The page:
Several western nations, including the United States, the United Kingdom and Australia are advising non-essential personnel and dependents at their diplomatic missions in India to leave the country because of the danger of war between India and Pakistan. The U.S. Embassy in New Delhi has stepped up its travel warning for Americans in the country - urging all private U.S. citizens to leave India as soon as possible.

Embassies of several western nations are urging their citizens to register at their missions, or consulates in the country, and leave India. Gordon Duguid, press attache at the U.S. Embassy in New Delhi says all non-essential personnel at U.S. diplomatic missions in the country are being sent home. He also urges private U.S. citizens in India to leave as well.

"This is an authorized departure - which is voluntary," he said. "Individual officers and their family members will make the decision on whether or not they should leave. I must stress however the Department of State urges Americans to leave and Americans in the embassy who are not in emergency positions are also being urged to leave."

Mr. Duguid says the latest travel warning goes beyond the one issued on May 24 that urged private American citizens to consider leaving India. He says the latest warning urges them to leave.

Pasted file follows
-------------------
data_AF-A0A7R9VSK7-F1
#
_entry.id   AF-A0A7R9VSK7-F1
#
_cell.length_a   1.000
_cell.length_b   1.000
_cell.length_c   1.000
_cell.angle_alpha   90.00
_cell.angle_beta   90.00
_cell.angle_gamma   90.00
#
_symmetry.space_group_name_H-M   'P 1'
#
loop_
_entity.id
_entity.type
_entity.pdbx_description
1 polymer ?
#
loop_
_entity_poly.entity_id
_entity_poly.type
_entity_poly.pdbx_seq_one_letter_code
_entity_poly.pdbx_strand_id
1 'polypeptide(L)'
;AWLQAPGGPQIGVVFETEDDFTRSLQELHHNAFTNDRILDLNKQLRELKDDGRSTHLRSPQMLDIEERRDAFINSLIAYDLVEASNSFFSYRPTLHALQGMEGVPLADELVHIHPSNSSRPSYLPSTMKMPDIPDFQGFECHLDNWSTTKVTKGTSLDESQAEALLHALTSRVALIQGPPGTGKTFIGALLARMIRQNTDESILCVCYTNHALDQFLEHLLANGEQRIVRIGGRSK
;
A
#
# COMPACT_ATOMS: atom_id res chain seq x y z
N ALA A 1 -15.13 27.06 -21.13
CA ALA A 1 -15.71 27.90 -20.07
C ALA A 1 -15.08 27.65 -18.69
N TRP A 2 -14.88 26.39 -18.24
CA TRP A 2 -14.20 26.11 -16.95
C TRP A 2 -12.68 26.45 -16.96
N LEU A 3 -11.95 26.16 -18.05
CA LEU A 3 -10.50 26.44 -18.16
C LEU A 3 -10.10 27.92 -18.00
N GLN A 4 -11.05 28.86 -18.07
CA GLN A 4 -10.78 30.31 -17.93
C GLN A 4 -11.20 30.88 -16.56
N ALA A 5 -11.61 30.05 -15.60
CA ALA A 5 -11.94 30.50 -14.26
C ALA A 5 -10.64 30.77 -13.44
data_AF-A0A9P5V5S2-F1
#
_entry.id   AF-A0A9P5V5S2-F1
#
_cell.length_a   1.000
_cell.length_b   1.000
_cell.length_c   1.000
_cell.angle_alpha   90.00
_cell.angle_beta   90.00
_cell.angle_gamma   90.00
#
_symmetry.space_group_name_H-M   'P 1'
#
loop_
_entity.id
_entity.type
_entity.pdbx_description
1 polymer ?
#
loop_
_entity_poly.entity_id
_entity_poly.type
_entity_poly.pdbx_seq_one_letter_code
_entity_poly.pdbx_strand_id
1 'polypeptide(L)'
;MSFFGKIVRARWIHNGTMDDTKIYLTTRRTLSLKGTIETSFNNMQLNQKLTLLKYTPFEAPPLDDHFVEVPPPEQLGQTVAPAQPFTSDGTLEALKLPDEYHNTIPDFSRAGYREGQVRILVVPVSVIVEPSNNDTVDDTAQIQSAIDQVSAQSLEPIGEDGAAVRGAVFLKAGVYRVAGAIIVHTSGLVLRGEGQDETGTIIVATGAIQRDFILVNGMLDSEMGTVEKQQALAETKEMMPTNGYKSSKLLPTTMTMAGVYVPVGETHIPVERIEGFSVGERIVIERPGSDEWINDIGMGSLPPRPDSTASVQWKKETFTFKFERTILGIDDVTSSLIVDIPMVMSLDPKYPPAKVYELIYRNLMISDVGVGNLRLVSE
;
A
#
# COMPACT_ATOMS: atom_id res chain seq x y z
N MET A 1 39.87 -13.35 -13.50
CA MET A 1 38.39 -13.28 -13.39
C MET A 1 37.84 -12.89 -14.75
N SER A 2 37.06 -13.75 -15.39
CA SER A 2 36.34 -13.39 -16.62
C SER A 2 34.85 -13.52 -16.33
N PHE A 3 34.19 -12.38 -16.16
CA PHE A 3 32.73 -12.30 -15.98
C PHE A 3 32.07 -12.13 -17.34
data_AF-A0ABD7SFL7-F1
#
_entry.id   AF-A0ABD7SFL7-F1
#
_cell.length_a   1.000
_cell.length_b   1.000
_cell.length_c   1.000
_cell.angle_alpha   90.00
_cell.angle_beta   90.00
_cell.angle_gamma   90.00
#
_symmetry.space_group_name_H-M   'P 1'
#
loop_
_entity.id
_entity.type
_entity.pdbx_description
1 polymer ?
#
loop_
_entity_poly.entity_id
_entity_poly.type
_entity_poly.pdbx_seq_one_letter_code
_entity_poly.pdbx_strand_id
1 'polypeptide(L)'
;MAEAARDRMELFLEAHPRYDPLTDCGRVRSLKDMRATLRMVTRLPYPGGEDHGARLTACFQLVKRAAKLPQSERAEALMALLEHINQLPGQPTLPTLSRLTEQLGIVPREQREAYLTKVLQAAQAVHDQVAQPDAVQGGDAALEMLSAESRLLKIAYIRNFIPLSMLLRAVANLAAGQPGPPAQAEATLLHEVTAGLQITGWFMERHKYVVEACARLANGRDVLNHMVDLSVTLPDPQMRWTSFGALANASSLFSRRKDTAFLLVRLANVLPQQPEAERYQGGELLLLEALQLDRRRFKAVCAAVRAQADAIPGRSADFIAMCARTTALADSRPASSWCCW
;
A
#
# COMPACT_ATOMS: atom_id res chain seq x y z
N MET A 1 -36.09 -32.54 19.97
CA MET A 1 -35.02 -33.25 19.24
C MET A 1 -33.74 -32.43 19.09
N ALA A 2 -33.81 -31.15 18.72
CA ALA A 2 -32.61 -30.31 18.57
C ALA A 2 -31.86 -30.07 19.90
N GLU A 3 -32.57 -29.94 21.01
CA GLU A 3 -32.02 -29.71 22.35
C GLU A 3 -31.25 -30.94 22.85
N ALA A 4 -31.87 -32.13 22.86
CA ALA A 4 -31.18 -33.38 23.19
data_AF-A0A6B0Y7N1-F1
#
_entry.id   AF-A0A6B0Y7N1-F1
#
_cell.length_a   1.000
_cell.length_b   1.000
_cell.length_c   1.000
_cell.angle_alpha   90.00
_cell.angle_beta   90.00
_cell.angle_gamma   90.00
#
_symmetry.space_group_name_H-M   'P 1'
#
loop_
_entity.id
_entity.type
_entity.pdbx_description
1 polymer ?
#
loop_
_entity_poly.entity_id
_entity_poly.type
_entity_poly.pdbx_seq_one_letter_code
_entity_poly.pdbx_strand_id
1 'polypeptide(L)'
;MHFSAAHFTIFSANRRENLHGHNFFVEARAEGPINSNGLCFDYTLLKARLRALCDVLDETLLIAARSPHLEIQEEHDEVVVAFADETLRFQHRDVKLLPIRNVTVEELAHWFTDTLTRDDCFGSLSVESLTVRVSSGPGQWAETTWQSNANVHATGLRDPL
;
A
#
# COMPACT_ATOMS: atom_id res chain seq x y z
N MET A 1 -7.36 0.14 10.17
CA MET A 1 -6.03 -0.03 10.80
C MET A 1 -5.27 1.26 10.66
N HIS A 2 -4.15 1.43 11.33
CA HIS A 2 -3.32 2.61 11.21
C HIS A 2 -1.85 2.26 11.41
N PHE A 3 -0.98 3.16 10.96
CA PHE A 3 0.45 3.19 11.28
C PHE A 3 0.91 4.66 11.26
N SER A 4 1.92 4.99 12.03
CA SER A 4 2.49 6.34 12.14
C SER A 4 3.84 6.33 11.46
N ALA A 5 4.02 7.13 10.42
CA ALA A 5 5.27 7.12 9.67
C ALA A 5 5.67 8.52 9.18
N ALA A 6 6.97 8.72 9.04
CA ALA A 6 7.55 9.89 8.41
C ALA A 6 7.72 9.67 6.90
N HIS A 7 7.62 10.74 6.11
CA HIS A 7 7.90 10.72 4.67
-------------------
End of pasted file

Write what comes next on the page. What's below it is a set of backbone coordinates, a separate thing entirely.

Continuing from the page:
Mr. Duguid says extra consular personnel will be on duty to assist with information requests but that for the time being, all departures both for mission staff and for private citizens will be on commercial flights. There are an estimated 60,000 U.S. citizens living in India.

The Indian government has yet to comment on the latest travel warnings from western embassies in New Delhi.

The travel warnings came on a day when senior Indian officials sought to downplay the tensions between India and Pakistan that have raised fears of a military conflict between the two countries. Speaking in Singapore, where he is attending a regional conference on terrorism and security, Defense Minister George Fernandes called the situation in South Asia stable.

"Troops have been on both sides in a kind of eyeball-to-eyeball situation for the past six months, so I do not think one needs to worry just now as what is likely to happen," he said.

In a briefing for reporters in New Delhi a senior Indian military official who asked not to be identified said that Indias tactical scenario for fighting a war with Pakistan did not include the use of nuclear weapons, saying India is totally committed to a policy of no-first use of nuclear weapons.

India is demanding that Pakistan stop what it calls the cross-border infiltration of militants into Indian Kashmir. Islamabad says it does not support the militants but will work to stop them from crossing into Indian territory. India controls two-thirds of Kashmir. Pakistan controls one-third. Two of the three wars the two countries have fought since independence in 1947 have been over the disputed territory.